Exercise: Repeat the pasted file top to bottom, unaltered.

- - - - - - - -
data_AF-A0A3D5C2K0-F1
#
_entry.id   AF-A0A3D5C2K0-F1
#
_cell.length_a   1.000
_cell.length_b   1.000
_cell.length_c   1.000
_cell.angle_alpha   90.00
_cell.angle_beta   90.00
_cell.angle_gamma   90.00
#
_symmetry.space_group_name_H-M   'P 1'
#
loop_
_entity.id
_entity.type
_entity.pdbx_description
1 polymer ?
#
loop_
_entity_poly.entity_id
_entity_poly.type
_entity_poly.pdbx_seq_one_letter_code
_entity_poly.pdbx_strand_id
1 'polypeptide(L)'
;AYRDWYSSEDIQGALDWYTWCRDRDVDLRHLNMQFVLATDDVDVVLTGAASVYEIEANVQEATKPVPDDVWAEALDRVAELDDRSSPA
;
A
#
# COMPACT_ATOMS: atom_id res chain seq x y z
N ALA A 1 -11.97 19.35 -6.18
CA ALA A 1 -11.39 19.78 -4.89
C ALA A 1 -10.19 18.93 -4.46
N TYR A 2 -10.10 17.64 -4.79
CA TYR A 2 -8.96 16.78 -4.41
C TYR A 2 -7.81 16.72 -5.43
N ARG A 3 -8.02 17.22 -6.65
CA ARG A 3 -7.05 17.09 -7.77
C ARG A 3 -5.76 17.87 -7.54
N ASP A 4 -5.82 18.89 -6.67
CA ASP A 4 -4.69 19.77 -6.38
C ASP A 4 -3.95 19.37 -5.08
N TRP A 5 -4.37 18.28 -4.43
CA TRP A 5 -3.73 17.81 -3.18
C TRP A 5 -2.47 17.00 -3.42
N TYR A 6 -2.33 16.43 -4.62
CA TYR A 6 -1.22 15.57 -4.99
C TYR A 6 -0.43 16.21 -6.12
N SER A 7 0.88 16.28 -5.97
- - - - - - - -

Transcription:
data_AF-A0A3D5C2K0-F1
#
_entry.id   AF-A0A3D5C2K0-F1
#
_cell.length_a   1.000
_cell.length_b   1.000
_cell.length_c   1.000
_cell.angle_alpha   90.00
_cell.angle_beta   90.00
_cell.angle_gamma   90.00
#
_symmetry.space_group_name_H-M   'P 1'
#
loop_
_entity.id
_entity.type
_entity.pdbx_description
1 polymer ?
#
loop_
_entity_poly.entity_id
_entity_poly.type
_entity_poly.pdbx_seq_one_letter_code
_entity_poly.pdbx_strand_id
1 'polypeptide(L)'
;AYRDWYSSEDIQGALDWYTWCRDRDVDLRHLNMQFVLATDDVDVVLTGAASVYEIEANVQEATKPVPDDVWAEALDRVAELDDRSSPA
;
A
#
# COMPACT_ATOMS: atom_id res chain seq x y z
N ALA A 1 -11.97 19.35 -6.18
CA ALA A 1 -11.39 19.78 -4.89
C ALA A 1 -10.19 18.93 -4.46
N TYR A 2 -10.10 17.64 -4.79
CA TYR A 2 -8.96 16.78 -4.41
C TYR A 2 -7.81 16.72 -5.43
N ARG A 3 -8.02 17.22 -6.65
CA ARG A 3 -7.05 17.09 -7.77
C ARG A 3 -5.76 17.87 -7.54
N ASP A 4 -5.82 18.89 -6.67
CA ASP A 4 -4.69 19.77 -6.38
C ASP A 4 -3.95 19.37 -5.08
N TRP A 5 -4.37 18.28 -4.43
CA TRP A 5 -3.73 17.81 -3.18
C TRP A 5 -2.47 17.00 -3.42
N TYR A 6 -2.33 16.43 -4.62
CA TYR A 6 -1.22 15.57 -4.99
C TYR A 6 -0.43 16.21 -6.12
N SER A 7 0.88 16.28 -5.97